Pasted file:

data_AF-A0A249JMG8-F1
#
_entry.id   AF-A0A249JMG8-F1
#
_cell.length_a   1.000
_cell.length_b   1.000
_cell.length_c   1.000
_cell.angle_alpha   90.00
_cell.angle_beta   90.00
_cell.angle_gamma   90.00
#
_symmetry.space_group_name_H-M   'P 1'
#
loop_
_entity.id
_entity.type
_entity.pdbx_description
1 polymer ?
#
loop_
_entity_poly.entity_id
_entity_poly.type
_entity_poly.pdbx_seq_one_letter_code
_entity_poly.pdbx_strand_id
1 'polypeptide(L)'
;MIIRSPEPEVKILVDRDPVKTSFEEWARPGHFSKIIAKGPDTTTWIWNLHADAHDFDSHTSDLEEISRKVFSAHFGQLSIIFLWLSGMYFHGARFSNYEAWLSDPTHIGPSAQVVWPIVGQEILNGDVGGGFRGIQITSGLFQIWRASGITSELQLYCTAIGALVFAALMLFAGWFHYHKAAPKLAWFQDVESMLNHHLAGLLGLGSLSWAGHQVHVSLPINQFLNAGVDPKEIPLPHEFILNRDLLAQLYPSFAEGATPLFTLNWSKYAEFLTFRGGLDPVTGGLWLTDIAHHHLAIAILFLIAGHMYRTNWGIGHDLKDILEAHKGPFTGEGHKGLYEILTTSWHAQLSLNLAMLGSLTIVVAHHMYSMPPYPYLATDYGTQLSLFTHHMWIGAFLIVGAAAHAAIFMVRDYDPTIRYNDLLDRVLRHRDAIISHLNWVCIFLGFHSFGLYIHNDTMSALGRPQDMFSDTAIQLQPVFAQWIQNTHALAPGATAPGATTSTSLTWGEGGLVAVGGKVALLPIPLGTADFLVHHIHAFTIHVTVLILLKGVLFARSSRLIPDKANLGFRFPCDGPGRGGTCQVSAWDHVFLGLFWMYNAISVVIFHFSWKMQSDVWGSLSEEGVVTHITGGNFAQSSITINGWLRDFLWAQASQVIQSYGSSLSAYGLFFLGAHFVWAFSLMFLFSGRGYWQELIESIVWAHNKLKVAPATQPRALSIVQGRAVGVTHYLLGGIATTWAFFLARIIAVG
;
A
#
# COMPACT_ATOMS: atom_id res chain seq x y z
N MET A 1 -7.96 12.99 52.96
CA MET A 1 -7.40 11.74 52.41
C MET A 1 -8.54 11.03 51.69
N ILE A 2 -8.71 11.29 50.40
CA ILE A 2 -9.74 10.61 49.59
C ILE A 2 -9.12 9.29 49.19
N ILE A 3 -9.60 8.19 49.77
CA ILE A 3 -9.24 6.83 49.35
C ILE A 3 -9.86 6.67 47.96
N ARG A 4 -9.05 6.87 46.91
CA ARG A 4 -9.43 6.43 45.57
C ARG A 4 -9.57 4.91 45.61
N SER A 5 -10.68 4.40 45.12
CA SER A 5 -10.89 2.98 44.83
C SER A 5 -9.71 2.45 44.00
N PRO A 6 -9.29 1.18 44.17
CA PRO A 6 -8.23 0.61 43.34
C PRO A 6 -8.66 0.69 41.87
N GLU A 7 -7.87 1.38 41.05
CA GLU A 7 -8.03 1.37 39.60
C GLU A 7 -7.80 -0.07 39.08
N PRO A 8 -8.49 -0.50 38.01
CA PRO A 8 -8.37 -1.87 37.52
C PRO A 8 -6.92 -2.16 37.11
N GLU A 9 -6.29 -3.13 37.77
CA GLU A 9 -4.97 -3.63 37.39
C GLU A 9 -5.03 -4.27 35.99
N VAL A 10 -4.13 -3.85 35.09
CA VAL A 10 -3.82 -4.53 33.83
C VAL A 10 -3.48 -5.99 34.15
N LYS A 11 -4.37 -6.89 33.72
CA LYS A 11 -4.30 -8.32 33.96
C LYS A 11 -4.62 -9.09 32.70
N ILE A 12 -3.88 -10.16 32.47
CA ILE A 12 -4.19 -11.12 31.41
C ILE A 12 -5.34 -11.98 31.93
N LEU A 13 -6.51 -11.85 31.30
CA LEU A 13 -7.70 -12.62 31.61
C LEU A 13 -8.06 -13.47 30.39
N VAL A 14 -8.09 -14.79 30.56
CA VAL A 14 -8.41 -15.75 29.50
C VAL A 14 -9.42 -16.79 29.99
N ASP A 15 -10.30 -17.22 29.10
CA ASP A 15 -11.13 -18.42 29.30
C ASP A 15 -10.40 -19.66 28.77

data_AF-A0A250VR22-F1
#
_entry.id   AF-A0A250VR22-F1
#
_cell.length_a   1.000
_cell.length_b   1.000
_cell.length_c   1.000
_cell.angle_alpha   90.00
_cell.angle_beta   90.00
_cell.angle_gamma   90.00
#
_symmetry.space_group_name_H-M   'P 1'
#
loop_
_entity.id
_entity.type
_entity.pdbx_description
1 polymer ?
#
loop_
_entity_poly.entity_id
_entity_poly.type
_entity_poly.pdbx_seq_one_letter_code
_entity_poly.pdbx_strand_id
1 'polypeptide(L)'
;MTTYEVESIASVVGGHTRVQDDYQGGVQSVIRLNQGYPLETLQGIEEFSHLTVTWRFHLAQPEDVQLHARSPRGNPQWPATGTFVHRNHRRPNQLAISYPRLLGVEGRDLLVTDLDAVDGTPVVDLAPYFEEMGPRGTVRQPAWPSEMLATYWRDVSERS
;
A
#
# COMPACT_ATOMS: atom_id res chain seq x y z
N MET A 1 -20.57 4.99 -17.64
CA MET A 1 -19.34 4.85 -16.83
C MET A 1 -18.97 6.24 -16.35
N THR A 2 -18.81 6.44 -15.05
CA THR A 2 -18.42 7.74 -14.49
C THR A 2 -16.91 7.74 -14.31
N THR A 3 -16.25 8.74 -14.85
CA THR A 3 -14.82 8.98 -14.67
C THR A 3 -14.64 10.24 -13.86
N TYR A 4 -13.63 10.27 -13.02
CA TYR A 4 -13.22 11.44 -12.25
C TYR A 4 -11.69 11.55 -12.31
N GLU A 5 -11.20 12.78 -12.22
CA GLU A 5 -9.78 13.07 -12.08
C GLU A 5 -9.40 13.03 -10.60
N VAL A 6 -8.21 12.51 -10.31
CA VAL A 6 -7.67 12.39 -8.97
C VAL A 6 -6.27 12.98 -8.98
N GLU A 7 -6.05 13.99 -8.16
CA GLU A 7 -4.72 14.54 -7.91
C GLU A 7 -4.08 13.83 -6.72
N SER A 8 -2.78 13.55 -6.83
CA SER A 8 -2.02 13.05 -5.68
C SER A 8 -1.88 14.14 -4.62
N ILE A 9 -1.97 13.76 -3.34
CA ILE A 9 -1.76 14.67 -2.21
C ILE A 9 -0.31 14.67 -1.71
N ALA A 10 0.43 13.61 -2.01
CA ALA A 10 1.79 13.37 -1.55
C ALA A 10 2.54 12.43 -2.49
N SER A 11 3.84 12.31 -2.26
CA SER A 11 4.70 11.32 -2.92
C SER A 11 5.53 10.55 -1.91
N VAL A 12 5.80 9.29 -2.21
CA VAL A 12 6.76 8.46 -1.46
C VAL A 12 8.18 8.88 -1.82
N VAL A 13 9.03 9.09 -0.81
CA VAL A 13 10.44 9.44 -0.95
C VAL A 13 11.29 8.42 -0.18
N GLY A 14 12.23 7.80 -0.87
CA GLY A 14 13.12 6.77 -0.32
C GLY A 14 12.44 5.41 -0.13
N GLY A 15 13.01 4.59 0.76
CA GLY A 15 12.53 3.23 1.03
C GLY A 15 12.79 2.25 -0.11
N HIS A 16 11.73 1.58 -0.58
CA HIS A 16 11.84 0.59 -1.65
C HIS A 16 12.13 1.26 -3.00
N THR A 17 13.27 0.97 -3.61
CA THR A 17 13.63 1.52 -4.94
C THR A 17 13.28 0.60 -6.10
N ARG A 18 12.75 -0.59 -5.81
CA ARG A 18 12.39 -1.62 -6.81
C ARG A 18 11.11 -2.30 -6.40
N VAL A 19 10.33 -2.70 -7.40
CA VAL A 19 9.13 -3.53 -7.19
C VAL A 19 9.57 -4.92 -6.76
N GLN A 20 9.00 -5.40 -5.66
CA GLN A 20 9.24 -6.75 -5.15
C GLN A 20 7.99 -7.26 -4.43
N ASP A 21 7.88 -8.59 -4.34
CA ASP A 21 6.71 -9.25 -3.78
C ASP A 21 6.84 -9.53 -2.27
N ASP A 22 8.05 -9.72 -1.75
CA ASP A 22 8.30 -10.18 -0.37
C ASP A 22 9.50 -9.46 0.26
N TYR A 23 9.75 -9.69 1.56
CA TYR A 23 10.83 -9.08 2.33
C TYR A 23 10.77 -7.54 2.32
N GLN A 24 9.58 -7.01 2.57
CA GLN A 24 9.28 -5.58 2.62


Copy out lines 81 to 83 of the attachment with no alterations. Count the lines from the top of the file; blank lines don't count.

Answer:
_cell.length_b   1.000
_cell.length_c   1.000
_cell.angle_alpha   90.00